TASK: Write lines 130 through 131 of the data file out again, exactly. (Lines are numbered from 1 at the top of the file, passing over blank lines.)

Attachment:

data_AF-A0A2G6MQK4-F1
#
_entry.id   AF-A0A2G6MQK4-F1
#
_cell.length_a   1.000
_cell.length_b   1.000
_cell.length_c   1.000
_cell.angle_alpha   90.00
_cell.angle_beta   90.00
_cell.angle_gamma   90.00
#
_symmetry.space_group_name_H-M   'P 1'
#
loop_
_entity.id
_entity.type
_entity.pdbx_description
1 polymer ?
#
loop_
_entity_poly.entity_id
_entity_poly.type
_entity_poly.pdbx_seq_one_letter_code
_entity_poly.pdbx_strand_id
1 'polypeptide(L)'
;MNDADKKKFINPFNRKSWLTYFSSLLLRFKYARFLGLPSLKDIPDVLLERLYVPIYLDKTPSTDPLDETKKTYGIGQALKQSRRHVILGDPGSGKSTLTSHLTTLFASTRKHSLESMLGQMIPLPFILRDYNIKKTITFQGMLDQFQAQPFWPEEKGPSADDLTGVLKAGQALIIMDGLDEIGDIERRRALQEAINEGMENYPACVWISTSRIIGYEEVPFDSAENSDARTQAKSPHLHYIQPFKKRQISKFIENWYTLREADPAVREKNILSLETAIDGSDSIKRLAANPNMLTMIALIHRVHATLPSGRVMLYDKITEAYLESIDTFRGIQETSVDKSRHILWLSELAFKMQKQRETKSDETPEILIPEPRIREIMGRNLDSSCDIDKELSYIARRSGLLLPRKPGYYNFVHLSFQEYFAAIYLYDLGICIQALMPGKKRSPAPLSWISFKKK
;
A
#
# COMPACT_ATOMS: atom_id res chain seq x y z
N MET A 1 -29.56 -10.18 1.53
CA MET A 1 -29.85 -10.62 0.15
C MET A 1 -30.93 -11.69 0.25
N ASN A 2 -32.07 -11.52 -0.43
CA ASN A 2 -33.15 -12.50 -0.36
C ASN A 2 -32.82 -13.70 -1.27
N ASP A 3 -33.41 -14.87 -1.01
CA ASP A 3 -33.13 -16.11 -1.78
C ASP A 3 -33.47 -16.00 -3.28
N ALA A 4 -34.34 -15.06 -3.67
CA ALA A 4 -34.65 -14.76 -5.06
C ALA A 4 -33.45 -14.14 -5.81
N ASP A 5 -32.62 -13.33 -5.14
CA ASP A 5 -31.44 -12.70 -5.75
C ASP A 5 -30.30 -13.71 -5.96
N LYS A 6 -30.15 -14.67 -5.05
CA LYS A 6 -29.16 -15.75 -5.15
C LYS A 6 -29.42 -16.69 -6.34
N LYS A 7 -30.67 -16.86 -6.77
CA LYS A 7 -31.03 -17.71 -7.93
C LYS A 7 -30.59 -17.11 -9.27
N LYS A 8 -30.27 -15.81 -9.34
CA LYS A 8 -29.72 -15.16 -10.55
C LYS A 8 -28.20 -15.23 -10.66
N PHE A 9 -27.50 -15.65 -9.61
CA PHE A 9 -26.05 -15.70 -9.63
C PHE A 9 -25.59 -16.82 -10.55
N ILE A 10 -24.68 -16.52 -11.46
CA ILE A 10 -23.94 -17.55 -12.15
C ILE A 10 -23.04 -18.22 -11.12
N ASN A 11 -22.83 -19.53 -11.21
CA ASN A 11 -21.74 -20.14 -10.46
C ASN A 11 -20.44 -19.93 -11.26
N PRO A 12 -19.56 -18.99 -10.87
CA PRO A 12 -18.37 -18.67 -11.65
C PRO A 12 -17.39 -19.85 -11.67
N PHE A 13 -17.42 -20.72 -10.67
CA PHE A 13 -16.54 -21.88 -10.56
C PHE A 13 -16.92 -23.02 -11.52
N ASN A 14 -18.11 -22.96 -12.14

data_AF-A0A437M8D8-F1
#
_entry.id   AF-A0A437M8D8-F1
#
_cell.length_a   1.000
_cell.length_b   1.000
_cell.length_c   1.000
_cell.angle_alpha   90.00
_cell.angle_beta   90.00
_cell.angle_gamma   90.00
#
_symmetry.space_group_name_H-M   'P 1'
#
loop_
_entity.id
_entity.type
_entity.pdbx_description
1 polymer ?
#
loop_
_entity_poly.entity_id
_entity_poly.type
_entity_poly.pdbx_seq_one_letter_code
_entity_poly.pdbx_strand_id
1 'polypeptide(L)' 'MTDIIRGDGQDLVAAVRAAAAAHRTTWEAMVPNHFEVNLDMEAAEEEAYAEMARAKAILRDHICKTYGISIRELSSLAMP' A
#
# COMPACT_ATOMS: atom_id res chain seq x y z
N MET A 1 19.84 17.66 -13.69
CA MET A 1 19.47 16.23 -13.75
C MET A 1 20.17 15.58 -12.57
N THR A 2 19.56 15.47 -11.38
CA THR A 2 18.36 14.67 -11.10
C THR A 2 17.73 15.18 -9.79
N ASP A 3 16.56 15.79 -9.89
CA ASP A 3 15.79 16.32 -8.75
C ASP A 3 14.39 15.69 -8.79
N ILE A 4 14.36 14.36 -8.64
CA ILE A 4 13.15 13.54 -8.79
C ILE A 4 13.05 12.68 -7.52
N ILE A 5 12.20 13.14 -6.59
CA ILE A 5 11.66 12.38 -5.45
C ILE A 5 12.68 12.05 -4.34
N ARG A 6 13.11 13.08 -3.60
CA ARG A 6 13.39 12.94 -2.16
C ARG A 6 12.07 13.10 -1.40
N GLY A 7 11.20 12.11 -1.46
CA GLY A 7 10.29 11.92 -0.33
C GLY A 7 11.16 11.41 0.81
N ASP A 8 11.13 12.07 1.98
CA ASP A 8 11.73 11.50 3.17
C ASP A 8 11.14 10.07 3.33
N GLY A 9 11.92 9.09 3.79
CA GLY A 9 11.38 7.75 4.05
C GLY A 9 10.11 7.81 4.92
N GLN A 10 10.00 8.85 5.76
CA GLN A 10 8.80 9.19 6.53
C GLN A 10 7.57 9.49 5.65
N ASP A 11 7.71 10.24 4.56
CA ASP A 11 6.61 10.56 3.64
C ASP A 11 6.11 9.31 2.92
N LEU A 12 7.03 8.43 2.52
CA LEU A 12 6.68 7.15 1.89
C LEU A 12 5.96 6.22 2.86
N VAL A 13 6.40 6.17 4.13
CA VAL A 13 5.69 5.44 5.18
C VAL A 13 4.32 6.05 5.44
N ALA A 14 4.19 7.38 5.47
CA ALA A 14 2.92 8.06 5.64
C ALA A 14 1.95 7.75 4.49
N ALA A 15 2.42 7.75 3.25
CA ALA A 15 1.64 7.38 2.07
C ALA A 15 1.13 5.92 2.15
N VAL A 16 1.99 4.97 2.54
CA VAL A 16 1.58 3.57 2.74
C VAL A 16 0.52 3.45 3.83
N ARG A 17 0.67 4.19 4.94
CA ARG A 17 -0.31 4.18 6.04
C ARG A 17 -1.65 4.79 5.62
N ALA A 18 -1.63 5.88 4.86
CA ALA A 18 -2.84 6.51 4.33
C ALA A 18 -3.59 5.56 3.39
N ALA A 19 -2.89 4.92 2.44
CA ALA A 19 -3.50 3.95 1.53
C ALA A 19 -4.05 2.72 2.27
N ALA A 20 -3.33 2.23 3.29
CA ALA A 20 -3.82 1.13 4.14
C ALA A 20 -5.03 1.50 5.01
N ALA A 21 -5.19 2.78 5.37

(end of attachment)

C ASP A 11 6.11 9.31 2.92
N LEU A 12 7.03 8.43 2.52